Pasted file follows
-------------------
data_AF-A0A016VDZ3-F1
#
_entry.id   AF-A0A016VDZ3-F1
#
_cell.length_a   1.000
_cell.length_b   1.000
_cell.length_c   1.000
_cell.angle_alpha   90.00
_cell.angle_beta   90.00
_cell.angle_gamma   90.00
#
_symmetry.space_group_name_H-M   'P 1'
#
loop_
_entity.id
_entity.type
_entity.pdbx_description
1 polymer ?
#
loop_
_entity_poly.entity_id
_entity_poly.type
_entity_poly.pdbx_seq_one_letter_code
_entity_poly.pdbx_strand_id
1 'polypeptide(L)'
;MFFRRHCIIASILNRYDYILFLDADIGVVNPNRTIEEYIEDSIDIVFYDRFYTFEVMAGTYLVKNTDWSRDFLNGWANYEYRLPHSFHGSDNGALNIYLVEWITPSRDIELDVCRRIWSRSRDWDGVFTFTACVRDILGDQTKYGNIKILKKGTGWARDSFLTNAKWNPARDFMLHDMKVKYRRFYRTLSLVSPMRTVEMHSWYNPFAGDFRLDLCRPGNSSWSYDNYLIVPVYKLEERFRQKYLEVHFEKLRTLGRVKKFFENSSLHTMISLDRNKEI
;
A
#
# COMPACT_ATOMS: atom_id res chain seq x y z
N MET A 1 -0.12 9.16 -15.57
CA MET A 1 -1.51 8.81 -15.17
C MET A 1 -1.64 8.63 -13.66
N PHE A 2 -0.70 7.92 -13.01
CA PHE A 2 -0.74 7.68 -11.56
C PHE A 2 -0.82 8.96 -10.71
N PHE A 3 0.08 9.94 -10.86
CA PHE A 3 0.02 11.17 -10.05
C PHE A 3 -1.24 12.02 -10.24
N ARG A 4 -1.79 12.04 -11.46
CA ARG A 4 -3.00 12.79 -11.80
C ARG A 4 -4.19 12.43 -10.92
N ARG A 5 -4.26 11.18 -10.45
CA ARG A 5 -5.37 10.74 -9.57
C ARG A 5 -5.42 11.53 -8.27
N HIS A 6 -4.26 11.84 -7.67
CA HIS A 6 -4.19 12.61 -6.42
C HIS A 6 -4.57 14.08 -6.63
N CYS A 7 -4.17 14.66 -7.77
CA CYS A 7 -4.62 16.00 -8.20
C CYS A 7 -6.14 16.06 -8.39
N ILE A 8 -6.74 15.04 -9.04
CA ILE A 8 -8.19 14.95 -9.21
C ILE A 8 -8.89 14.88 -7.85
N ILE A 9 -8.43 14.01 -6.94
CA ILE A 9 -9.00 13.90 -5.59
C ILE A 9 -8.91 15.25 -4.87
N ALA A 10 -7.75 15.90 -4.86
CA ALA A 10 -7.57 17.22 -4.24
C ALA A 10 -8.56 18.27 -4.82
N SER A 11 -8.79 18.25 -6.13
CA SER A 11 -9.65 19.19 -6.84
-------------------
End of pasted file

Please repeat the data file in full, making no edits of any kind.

data_AF-A0A016VDZ3-F1
#
_entry.id   AF-A0A016VDZ3-F1
#
_cell.length_a   1.000
_cell.length_b   1.000
_cell.length_c   1.000
_cell.angle_alpha   90.00
_cell.angle_beta   90.00
_cell.angle_gamma   90.00
#
_symmetry.space_group_name_H-M   'P 1'
#
loop_
_entity.id
_entity.type
_entity.pdbx_description
1 polymer ?
#
loop_
_entity_poly.entity_id
_entity_poly.type
_entity_poly.pdbx_seq_one_letter_code
_entity_poly.pdbx_strand_id
1 'polypeptide(L)'
;MFFRRHCIIASILNRYDYILFLDADIGVVNPNRTIEEYIEDSIDIVFYDRFYTFEVMAGTYLVKNTDWSRDFLNGWANYEYRLPHSFHGSDNGALNIYLVEWITPSRDIELDVCRRIWSRSRDWDGVFTFTACVRDILGDQTKYGNIKILKKGTGWARDSFLTNAKWNPARDFMLHDMKVKYRRFYRTLSLVSPMRTVEMHSWYNPFAGDFRLDLCRPGNSSWSYDNYLIVPVYKLEERFRQKYLEVHFEKLRTLGRVKKFFENSSLHTMISLDRNKEI
;
A
#
# COMPACT_ATOMS: atom_id res chain seq x y z
N MET A 1 -0.12 9.16 -15.57
CA MET A 1 -1.51 8.81 -15.17
C MET A 1 -1.64 8.63 -13.66
N PHE A 2 -0.70 7.92 -13.01
CA PHE A 2 -0.74 7.68 -11.56
C PHE A 2 -0.82 8.96 -10.71
N PHE A 3 0.08 9.94 -10.86
CA PHE A 3 0.02 11.17 -10.05
C PHE A 3 -1.24 12.02 -10.24
N ARG A 4 -1.79 12.04 -11.46
CA ARG A 4 -3.00 12.79 -11.80
C ARG A 4 -4.19 12.43 -10.92
N ARG A 5 -4.26 11.18 -10.45
CA ARG A 5 -5.37 10.74 -9.57
C ARG A 5 -5.42 11.53 -8.27
N HIS A 6 -4.26 11.84 -7.67
CA HIS A 6 -4.19 12.61 -6.42
C HIS A 6 -4.57 14.08 -6.63
N CYS A 7 -4.17 14.66 -7.77
CA CYS A 7 -4.62 16.00 -8.20
C CYS A 7 -6.14 16.06 -8.39
N ILE A 8 -6.74 15.04 -9.04
CA ILE A 8 -8.19 14.95 -9.21
C ILE A 8 -8.89 14.88 -7.85
N ILE A 9 -8.43 14.01 -6.94
CA ILE A 9 -9.00 13.90 -5.59
C ILE A 9 -8.91 15.25 -4.87
N ALA A 10 -7.75 15.90 -4.86
CA ALA A 10 -7.57 17.22 -4.24
C ALA A 10 -8.56 18.27 -4.82
N SER A 11 -8.79 18.25 -6.13
CA SER A 11 -9.65 19.19 -6.84